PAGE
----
Mid-month I aim to cover exotic, alien, commonorgarden plants blooming in our garden. Especially the roses. Yes, well. It has been a long hot summer, about 10 weeks with no rain. And each time I look, another plant has waved goodbye. Apparently the roses have thrips, tiny creatures who come from the hot dry Out There to lovely luscious, fed and watered, yummy roses. Today I fed the roses and watered them to encourage the autumn flush, which should be their best time of year. There are buds, both flowers, and leaves coming up from the base. We’ll see. If this autumn weather holds kind, and does not hammer us with an unseasonal heat wave, as it did last year. Then, we lost many of our optimistic newly planted olive trees.
March lilies are Proudly South African.
When the Ungardener is Ungardening on the roof – you know, leaves out of the gutters, resealing the chimney. So you walk down the driveway past the olives, and our greener neighbours, around the curved wall of the rose garden, which I call Paradise. Perhaps I should call it the And Roses garden.
|Paradise, the rose garden|
|The rose garden, Plum Creek, Ungardening Pond|
and greener neighbours on this side
From the And Roses garden you cross the bridge at Plum Creek and walk around Ungardening Pond which has been half filled again. Behind the waterfall, along the Woodland Walk. Pause at Rest and Be Thankful.
|Ungardening Pond, with Black Stork Island and Rest and Be Thankful|
|Pond, ash tree, and unhappy borders|
Between the ash trees, looking at planters with some sad Clivia. Cymbidium pots in the shade. Glance at the Folie de MIIX, where my spring bulbs wait, with Eucomis and Merwillea, some bright pink Oxalis, and spotted leaf Drimiopsis. Agapanthus in large terracotta pots. Ignore the pink border and the blue and purple border. We do have Plumbago and Tulbaghia there. The path beaten while repairing the pond, is also a project for new ideas.
|Ash tree, another view of the unsuccessful bits|
In the shade of the ash tree is our Karoo Koppie. Then Apple Creek, some green relief on this side. Elephant’s Eye Light Railway. Also hidden in the shade is the Mediterranean Sun Circle – which catches the sun in winter, when it is more welcome.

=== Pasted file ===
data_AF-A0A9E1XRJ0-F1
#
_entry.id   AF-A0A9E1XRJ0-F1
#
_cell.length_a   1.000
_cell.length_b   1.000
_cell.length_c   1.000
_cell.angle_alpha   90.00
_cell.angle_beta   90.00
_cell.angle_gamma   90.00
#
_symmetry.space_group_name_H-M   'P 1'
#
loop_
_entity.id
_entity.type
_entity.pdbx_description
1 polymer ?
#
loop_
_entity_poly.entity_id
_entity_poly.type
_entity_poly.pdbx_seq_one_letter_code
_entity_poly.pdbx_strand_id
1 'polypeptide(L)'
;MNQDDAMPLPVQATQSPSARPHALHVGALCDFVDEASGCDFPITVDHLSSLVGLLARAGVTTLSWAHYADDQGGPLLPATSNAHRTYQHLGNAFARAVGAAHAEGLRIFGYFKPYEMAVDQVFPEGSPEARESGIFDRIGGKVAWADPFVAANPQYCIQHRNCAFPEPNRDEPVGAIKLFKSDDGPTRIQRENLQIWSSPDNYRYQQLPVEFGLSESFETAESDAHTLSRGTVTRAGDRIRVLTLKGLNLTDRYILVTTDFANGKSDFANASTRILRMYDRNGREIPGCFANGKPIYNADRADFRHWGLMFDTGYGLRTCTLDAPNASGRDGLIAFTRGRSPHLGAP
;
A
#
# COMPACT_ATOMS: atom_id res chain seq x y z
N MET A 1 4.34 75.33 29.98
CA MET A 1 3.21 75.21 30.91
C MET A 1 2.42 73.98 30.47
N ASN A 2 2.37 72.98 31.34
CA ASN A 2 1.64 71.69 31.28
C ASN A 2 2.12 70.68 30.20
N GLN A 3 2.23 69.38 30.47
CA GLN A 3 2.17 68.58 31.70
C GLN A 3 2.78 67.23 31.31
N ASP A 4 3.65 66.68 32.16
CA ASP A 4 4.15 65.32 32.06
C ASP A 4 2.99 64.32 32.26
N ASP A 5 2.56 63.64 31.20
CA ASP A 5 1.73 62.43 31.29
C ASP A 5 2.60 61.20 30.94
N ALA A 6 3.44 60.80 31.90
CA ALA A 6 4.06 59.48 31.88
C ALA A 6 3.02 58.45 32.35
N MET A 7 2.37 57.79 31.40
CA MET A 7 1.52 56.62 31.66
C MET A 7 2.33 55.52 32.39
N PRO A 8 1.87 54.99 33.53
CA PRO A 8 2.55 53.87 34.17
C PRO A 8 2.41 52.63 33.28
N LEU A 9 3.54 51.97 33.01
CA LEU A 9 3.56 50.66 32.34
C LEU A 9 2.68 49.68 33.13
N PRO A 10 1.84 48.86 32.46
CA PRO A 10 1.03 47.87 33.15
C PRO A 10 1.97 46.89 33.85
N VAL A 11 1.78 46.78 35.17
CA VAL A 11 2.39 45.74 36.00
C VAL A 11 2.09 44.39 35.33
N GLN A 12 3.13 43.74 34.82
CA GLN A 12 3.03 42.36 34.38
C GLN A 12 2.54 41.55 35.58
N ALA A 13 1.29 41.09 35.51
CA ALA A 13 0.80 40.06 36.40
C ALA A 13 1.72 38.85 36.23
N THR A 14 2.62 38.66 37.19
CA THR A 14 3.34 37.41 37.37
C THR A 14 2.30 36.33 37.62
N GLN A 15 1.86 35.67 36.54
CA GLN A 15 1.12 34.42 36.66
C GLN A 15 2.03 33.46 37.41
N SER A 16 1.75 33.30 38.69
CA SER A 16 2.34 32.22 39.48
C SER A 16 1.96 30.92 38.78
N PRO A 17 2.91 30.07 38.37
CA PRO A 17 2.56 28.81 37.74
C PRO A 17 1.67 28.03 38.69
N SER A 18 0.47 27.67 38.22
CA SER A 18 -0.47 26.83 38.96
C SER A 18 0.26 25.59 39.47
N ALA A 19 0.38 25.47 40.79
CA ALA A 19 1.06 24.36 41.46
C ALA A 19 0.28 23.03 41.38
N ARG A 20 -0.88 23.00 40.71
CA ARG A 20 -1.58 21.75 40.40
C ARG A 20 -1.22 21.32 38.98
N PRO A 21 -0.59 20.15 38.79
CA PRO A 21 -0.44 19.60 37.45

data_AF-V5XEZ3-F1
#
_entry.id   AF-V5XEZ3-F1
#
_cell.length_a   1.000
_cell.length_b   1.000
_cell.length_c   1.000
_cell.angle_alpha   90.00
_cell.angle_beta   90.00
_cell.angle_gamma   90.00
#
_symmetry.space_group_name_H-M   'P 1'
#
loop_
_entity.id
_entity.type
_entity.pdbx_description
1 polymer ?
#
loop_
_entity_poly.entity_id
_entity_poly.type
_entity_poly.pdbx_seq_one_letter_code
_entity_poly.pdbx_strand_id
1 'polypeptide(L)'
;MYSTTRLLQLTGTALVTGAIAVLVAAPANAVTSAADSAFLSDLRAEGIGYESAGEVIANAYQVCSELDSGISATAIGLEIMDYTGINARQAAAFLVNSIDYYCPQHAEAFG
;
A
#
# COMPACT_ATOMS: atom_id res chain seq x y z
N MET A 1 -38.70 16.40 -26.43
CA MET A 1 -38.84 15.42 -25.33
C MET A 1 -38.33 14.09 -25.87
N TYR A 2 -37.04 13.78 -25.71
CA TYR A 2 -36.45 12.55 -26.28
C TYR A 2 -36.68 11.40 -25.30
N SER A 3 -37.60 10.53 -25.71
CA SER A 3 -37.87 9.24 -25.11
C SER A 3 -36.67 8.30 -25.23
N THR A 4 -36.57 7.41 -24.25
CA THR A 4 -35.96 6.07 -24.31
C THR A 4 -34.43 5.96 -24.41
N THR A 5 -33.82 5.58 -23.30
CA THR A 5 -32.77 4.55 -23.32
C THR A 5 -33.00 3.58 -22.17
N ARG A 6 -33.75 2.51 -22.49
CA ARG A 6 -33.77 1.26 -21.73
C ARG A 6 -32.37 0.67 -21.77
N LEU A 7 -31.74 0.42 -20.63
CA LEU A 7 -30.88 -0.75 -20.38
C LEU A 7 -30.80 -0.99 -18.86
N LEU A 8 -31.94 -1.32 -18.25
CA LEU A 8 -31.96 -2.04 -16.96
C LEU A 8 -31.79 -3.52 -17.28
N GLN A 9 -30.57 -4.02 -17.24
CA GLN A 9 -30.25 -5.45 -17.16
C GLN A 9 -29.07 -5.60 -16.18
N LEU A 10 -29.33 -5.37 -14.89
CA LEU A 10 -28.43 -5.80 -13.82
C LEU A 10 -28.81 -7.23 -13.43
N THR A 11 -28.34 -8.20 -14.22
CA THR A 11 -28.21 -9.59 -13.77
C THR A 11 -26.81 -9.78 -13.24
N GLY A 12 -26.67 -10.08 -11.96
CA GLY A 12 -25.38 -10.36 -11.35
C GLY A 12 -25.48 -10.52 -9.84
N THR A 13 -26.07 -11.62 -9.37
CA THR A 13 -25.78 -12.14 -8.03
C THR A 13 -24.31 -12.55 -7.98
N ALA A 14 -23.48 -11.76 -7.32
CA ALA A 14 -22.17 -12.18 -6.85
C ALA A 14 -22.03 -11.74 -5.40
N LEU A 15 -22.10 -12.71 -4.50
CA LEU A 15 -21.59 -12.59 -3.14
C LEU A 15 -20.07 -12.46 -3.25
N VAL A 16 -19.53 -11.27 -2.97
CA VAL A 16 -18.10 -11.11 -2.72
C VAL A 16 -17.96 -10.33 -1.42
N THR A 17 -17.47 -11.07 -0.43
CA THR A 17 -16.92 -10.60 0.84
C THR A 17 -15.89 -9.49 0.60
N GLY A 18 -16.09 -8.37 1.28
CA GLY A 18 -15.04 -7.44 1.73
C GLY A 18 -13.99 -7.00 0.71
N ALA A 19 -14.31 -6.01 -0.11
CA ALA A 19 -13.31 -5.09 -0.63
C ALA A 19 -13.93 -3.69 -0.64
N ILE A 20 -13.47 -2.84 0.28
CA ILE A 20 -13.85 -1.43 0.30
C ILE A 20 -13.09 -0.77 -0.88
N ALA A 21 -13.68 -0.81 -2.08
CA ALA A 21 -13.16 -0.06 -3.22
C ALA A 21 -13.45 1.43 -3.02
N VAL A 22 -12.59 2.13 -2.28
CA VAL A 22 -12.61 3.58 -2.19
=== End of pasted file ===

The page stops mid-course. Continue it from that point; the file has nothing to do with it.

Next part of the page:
|In the shade, the Karoo Koppie|
This neighbour has an invasive NZ manitoka
and a row of really nasty invasive beefwood trees
Around to the washing lines, compost bins, the fig trees, the Swiss stacked wood for winter.
|We have fig trees|
they have Agent Orange.
If it is green they nuke it, again and again
Just leaving a lemon tree and some grape vines.
Ending back where we started at the (invasive) giant or Spanish reeds. Those for which the French town of Cannes was once named. From this bird’s eye view, we see not how high they grow, but what a wide area they cover.
|Invasive giant or Spanish reeds|
where our weavers build their nests
Come the April walk, I hope and wish for roses, worth picking. When I look at the New Zealand bush, it is hard to believe I once picked a dozen of its blooms for my mother’s birthday!?
Watching the earthquake and the tsunami in Japan, looking at the Pacific Ring of Fire, the here and now of my garden seems irrelevant. Thinking of islands, where, if you can see the tsunami coming, it is too late to run. The wall of water approaches with the speed of a Boeing.
Pictures by Jurg,
words by Diana of Elephant's Eye
(If you mouse over brown text, it turns shriek pink.
Those are my links)